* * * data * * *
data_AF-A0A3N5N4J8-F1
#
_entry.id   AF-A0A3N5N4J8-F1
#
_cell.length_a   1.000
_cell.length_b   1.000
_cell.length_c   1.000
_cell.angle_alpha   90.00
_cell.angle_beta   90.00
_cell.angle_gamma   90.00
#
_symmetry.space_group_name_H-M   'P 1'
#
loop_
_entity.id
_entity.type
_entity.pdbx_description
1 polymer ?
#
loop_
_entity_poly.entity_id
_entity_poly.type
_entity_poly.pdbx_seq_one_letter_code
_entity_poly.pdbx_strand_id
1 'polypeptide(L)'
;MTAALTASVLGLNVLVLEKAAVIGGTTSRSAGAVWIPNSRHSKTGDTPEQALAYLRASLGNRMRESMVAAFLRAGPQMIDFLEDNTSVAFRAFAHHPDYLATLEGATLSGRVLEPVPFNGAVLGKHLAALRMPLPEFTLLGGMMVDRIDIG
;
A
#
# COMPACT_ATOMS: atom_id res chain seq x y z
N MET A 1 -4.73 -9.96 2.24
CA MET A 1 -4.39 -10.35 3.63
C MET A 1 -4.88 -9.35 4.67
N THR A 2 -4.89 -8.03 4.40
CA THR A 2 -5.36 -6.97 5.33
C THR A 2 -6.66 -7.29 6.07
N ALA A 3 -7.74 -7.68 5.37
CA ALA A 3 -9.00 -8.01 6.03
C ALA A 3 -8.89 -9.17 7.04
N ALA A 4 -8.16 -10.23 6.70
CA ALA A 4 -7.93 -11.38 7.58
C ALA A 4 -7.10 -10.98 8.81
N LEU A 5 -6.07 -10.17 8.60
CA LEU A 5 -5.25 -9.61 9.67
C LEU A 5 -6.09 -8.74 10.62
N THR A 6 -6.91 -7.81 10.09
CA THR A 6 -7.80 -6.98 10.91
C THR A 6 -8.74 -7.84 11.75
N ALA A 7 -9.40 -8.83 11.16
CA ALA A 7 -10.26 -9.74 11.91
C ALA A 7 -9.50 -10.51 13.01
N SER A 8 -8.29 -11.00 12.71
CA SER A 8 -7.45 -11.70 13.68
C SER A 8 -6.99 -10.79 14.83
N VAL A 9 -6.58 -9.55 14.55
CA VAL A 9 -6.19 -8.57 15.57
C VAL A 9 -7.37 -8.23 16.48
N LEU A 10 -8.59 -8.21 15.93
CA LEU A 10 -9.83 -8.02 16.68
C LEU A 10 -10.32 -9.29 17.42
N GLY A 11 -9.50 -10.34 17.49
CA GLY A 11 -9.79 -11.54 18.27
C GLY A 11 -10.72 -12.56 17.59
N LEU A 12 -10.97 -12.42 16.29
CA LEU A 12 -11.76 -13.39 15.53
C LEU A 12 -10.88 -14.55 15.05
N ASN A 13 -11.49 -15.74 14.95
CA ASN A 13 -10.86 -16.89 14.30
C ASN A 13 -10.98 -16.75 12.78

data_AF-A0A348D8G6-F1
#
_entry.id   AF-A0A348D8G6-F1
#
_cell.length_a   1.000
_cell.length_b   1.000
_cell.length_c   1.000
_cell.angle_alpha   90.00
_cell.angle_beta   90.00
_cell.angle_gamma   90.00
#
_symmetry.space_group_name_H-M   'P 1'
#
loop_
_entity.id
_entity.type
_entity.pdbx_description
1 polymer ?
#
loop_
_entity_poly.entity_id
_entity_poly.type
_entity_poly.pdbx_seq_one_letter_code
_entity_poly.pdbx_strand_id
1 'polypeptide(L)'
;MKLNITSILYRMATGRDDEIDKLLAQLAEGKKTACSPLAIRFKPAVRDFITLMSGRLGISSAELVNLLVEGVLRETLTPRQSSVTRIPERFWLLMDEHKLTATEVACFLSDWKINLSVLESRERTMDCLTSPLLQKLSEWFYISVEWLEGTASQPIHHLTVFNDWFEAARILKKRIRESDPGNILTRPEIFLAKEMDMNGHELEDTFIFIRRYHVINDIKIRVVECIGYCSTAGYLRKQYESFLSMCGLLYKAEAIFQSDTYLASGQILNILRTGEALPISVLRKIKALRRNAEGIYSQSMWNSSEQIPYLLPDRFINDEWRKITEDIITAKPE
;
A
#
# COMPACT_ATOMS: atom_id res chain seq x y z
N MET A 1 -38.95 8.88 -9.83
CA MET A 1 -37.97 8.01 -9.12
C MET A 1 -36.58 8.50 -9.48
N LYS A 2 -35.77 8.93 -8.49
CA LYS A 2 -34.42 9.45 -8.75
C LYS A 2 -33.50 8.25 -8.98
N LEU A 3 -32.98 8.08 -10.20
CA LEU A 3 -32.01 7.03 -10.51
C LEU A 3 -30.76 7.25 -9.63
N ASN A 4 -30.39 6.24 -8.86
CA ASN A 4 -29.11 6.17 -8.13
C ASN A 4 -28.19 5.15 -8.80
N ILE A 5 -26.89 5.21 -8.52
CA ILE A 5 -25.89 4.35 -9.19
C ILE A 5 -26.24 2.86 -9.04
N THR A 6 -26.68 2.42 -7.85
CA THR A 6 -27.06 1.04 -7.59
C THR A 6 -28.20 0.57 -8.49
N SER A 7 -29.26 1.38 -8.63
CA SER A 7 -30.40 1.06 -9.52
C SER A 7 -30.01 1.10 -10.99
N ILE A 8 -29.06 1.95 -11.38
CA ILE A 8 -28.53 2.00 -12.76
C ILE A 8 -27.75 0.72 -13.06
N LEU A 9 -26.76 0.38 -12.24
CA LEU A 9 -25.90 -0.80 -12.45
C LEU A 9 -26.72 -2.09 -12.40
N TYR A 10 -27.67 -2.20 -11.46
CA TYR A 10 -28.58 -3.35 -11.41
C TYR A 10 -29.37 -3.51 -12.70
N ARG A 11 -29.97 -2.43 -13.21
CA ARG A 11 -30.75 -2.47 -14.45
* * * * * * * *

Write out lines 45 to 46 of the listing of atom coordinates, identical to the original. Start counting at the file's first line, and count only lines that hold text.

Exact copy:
C LEU A 5 -6.09 -8.74 10.62
N THR A 6 -6.91 -7.81 10.09